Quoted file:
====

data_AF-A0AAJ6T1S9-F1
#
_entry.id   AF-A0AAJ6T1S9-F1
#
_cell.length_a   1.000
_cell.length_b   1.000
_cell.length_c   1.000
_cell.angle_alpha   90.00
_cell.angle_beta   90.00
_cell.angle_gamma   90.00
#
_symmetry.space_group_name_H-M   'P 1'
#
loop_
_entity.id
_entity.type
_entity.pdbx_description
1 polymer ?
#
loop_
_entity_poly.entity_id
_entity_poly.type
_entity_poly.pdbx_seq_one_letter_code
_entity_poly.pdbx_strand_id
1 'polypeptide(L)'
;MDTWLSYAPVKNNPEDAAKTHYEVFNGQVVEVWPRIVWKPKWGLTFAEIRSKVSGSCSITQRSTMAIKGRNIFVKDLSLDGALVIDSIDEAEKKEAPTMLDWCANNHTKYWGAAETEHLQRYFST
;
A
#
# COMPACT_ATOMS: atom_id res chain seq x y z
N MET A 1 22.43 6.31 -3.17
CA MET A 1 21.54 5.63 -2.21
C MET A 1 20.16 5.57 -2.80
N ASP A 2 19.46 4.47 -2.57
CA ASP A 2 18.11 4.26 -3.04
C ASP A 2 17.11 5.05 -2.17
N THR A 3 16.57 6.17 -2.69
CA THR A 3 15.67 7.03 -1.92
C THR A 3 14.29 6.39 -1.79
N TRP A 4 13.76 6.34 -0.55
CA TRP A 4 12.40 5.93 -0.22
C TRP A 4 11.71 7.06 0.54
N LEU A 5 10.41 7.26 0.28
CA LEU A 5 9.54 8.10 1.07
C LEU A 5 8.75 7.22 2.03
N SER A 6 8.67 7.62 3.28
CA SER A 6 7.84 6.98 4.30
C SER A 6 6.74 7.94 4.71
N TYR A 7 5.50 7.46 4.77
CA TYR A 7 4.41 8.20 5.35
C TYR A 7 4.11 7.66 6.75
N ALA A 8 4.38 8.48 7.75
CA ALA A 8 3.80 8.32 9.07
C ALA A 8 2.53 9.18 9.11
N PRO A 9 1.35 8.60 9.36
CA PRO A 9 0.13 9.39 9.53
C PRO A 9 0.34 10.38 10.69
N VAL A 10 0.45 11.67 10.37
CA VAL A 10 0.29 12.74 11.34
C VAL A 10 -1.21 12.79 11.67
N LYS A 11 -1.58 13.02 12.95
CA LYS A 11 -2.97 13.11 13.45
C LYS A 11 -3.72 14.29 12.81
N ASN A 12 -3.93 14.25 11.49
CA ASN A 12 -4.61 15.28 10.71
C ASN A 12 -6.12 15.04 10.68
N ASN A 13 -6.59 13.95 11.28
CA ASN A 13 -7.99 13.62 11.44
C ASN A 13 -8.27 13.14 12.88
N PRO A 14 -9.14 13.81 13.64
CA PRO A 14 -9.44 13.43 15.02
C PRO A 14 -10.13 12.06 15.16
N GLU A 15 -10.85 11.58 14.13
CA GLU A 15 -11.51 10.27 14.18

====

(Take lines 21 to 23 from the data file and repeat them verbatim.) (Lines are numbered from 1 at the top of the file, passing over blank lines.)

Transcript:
_entity_poly.entity_id
_entity_poly.type
_entity_poly.pdbx_seq_one_letter_code